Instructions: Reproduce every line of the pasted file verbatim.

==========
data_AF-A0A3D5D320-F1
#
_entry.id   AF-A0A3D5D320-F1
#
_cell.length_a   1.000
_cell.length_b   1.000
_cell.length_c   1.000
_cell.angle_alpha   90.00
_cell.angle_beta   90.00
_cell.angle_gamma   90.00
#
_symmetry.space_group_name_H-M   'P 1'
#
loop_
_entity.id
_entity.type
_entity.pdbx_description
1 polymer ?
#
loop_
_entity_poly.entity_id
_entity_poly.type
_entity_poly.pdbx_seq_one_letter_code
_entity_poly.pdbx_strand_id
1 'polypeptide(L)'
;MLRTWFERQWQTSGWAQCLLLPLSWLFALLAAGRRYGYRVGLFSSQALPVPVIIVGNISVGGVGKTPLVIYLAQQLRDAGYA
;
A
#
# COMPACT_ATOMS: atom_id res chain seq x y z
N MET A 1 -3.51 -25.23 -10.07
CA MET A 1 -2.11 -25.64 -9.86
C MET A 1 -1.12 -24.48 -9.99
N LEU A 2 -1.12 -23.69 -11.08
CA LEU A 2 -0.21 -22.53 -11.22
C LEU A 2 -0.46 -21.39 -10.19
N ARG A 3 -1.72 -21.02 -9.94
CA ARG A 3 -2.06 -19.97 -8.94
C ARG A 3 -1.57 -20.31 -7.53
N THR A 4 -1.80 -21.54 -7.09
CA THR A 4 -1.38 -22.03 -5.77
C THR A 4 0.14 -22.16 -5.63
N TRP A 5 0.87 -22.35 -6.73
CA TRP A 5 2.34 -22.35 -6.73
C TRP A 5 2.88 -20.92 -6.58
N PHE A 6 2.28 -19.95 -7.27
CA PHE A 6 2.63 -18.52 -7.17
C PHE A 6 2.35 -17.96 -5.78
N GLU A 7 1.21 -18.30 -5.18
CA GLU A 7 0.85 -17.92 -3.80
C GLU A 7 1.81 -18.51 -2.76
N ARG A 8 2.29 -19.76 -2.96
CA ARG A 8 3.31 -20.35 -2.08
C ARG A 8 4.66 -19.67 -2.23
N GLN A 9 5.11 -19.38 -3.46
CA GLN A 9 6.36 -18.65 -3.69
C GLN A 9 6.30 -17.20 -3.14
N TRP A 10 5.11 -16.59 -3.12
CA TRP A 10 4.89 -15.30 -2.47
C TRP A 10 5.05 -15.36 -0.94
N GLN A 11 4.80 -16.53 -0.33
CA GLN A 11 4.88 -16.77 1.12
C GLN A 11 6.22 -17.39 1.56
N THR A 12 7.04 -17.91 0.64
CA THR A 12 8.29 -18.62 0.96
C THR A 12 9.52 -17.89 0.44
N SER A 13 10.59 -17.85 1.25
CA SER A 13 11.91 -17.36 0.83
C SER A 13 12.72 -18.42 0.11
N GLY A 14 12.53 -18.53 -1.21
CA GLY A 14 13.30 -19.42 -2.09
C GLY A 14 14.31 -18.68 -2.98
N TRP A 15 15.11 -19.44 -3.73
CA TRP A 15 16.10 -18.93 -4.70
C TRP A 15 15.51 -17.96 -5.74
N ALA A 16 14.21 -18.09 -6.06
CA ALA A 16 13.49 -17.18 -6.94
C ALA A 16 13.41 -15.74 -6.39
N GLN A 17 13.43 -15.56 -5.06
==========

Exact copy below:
data_AF-A0A3D5D320-F1
#
_entry.id   AF-A0A3D5D320-F1
#
_cell.length_a   1.000
_cell.length_b   1.000
_cell.length_c   1.000
_cell.angle_alpha   90.00
_cell.angle_beta   90.00
_cell.angle_gamma   90.00
#
_symmetry.space_group_name_H-M   'P 1'
#
loop_
_entity.id
_entity.type
_entity.pdbx_description
1 polymer ?
#
loop_
_entity_poly.entity_id
_entity_poly.type
_entity_poly.pdbx_seq_one_letter_code
_entity_poly.pdbx_strand_id
1 'polypeptide(L)'
;MLRTWFERQWQTSGWAQCLLLPLSWLFALLAAGRRYGYRVGLFSSQALPVPVIIVGNISVGGVGKTPLVIYLAQQLRDAGYA
;
A
#
# COMPACT_ATOMS: atom_id res chain seq x y z
N MET A 1 -3.51 -25.23 -10.07
CA MET A 1 -2.11 -25.64 -9.86
C MET A 1 -1.12 -24.48 -9.99
N LEU A 2 -1.12 -23.69 -11.08
CA LEU A 2 -0.21 -22.53 -11.22
C LEU A 2 -0.46 -21.39 -10.19
N ARG A 3 -1.72 -21.02 -9.94
CA ARG A 3 -2.06 -19.97 -8.94
C ARG A 3 -1.57 -20.31 -7.53
N THR A 4 -1.80 -21.54 -7.09
CA THR A 4 -1.38 -22.03 -5.77
C THR A 4 0.14 -22.16 -5.63
N TRP A 5 0.87 -22.35 -6.73
CA TRP A 5 2.34 -22.35 -6.73
C TRP A 5 2.88 -20.92 -6.58
N PHE A 6 2.28 -19.95 -7.27
CA PHE A 6 2.63 -18.52 -7.17
C PHE A 6 2.35 -17.96 -5.78
N GLU A 7 1.21 -18.30 -5.18
CA GLU A 7 0.85 -17.92 -3.80
C GLU A 7 1.81 -18.51 -2.76
N ARG A 8 2.29 -19.76 -2.96
CA ARG A 8 3.31 -20.35 -2.08
C ARG A 8 4.66 -19.67 -2.23
N GLN A 9 5.11 -19.38 -3.46
CA GLN A 9 6.36 -18.65 -3.69
C GLN A 9 6.30 -17.20 -3.14
N TRP A 10 5.11 -16.59 -3.12
CA TRP A 10 4.89 -15.30 -2.47
C TRP A 10 5.05 -15.36 -0.94
N GLN A 11 4.80 -16.53 -0.33
CA GLN A 11 4.88 -16.77 1.12
C GLN A 11 6.22 -17.39 1.56
N THR A 12 7.04 -17.91 0.64
CA THR A 12 8.29 -18.62 0.96
C THR A 12 9.52 -17.89 0.44
N SER A 13 10.59 -17.85 1.25
CA SER A 13 11.91 -17.36 0.83
C SER A 13 12.72 -18.42 0.11
N GLY A 14 12.53 -18.53 -1.21
CA GLY A 14 13.30 -19.42 -2.09
C GLY A 14 14.31 -18.68 -2.98
N TRP A 15 15.11 -19.44 -3.73
CA TRP A 15 16.10 -18.93 -4.70
C TRP A 15 15.51 -17.96 -5.74
N ALA A 16 14.21 -18.09 -6.06
CA ALA A 16 13.49 -17.18 -6.94
C ALA A 16 13.41 -15.74 -6.39
N GLN A 17 13.43 -15.56 -5.06